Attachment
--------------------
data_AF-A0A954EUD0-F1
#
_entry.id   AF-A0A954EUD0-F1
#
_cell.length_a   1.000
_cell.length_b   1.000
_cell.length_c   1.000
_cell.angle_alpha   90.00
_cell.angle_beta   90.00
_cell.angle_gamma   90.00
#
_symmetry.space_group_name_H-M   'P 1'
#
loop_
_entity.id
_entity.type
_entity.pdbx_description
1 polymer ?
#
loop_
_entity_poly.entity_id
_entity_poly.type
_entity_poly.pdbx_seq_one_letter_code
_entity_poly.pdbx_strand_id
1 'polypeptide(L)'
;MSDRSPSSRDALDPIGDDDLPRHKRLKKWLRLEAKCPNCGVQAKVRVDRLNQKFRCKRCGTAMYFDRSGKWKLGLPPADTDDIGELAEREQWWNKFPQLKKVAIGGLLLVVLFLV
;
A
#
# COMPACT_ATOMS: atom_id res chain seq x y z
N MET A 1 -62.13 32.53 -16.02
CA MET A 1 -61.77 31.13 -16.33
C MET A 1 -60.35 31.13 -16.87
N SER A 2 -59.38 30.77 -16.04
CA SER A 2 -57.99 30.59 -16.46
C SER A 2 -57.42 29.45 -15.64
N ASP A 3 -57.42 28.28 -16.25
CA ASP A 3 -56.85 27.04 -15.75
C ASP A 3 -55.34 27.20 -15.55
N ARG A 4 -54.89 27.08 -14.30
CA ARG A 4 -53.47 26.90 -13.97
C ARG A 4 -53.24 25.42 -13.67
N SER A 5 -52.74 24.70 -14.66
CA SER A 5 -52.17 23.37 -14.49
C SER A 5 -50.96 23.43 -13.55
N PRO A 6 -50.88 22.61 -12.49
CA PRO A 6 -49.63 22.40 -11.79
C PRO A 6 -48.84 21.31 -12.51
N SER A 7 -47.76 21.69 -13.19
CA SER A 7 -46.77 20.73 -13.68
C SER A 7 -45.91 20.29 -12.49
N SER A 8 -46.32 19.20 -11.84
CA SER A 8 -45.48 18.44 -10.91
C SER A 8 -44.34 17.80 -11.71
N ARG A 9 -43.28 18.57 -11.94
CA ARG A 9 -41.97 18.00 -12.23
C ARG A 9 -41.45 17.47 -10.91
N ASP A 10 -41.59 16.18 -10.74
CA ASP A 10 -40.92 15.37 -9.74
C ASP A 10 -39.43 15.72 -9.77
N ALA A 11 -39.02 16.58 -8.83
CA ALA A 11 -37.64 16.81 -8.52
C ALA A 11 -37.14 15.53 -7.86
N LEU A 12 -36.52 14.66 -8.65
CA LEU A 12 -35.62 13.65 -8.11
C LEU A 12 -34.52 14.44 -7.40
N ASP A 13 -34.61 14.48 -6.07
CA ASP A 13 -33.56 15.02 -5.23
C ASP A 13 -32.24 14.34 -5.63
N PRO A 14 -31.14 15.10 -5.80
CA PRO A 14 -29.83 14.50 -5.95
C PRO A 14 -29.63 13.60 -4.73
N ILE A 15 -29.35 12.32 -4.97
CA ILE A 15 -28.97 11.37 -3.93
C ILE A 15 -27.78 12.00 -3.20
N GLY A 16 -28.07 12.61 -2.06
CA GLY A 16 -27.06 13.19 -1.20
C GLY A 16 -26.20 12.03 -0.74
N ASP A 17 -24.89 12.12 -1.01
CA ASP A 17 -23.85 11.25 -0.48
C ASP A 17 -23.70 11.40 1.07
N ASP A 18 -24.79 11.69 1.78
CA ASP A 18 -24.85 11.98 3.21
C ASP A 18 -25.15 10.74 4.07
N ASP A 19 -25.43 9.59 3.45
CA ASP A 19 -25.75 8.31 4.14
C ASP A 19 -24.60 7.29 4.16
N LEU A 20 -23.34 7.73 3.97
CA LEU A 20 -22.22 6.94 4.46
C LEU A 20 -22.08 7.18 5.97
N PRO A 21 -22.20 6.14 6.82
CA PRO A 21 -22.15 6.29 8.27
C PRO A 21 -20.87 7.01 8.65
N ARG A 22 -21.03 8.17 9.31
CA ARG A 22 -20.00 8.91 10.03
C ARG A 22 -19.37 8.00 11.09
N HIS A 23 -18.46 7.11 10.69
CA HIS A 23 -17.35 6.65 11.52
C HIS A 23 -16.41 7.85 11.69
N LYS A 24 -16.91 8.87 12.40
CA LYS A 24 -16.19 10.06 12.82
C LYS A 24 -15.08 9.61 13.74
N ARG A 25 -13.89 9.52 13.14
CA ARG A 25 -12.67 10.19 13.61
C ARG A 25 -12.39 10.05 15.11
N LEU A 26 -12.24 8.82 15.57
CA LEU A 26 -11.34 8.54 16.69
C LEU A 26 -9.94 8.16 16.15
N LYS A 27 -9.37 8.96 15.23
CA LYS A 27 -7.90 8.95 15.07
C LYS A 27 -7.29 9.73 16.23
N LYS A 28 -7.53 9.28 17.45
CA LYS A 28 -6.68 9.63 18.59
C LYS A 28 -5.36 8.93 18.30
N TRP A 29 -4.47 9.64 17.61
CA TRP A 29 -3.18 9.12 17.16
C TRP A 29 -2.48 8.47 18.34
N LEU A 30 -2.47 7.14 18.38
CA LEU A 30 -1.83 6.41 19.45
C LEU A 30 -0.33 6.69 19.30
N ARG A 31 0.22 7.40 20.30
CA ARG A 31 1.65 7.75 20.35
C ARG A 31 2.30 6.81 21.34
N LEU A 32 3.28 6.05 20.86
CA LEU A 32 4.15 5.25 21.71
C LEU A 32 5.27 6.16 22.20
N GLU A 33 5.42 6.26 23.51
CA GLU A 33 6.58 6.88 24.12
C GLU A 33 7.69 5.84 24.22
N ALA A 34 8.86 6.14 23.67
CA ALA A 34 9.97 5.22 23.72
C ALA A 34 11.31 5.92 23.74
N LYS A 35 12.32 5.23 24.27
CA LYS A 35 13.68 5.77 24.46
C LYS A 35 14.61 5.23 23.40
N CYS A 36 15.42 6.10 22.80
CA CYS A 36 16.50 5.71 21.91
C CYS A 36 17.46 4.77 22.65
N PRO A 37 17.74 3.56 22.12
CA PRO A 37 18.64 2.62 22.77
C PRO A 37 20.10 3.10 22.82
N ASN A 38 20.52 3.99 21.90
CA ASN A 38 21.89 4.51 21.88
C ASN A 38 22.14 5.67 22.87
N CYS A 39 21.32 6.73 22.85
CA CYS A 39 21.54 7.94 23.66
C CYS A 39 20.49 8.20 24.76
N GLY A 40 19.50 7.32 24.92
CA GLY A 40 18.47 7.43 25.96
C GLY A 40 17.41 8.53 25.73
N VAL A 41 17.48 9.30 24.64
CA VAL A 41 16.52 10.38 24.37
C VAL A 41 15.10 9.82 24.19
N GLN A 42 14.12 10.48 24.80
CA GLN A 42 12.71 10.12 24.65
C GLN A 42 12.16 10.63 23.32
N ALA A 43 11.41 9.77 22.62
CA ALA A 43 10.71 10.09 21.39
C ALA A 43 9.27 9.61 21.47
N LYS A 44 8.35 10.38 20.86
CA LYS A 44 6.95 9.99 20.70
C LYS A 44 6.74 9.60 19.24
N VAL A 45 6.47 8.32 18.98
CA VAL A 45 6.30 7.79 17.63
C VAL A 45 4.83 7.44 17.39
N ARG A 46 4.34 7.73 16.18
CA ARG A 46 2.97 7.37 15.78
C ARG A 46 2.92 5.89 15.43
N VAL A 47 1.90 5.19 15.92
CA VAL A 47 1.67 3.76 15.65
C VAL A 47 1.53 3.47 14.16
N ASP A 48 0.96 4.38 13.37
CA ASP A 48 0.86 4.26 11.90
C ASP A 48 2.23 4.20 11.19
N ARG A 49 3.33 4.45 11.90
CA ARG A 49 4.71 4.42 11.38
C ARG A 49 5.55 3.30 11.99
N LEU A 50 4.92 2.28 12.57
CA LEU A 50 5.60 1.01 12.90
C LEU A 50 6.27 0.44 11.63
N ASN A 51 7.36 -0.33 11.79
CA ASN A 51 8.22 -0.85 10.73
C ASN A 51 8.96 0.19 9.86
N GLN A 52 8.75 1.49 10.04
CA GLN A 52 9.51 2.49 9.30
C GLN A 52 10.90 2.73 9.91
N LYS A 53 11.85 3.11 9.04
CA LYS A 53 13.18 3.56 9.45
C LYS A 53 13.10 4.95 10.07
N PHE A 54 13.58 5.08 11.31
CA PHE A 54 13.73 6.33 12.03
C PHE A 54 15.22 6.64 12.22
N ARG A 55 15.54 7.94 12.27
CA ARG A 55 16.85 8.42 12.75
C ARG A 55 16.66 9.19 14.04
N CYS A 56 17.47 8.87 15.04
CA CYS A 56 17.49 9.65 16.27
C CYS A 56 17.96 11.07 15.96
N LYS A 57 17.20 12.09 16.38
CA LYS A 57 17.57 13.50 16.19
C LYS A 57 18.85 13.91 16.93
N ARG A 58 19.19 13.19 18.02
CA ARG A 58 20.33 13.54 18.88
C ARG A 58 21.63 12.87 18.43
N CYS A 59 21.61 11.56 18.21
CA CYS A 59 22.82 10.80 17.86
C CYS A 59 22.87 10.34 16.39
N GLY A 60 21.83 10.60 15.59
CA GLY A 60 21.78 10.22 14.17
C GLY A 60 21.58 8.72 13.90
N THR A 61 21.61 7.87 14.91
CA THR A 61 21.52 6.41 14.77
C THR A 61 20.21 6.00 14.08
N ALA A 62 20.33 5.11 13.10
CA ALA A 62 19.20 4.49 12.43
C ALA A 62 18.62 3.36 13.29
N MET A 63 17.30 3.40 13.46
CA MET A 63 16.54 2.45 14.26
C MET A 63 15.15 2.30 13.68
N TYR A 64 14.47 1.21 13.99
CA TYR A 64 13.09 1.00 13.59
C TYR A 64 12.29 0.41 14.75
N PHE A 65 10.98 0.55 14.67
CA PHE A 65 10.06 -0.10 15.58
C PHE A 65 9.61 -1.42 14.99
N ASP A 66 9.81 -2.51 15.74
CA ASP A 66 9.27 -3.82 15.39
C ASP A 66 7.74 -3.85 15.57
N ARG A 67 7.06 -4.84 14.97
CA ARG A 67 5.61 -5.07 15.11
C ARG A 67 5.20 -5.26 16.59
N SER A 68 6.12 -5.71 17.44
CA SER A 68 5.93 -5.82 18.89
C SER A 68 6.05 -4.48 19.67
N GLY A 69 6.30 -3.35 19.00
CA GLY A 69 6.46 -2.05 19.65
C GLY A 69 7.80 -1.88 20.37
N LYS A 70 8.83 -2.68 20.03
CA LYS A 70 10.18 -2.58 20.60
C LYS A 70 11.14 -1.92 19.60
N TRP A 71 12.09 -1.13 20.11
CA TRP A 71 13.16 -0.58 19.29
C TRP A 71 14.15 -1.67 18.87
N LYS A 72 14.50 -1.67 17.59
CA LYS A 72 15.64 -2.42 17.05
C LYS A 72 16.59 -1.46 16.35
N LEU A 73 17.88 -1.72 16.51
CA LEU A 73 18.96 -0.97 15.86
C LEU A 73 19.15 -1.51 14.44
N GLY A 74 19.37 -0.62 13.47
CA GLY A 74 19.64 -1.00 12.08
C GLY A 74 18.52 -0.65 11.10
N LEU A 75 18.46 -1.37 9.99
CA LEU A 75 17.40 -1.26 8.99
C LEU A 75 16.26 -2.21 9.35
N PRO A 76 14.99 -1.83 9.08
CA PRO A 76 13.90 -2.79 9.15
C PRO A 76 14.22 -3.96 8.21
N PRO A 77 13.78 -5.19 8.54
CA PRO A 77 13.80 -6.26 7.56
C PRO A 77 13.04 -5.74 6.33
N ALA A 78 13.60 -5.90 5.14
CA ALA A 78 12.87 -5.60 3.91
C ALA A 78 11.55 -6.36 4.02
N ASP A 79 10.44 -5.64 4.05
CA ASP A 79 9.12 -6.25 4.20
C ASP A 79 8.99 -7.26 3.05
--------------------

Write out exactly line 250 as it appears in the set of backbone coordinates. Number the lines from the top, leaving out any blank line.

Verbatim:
N GLY A 74 19.37 -0.62 13.47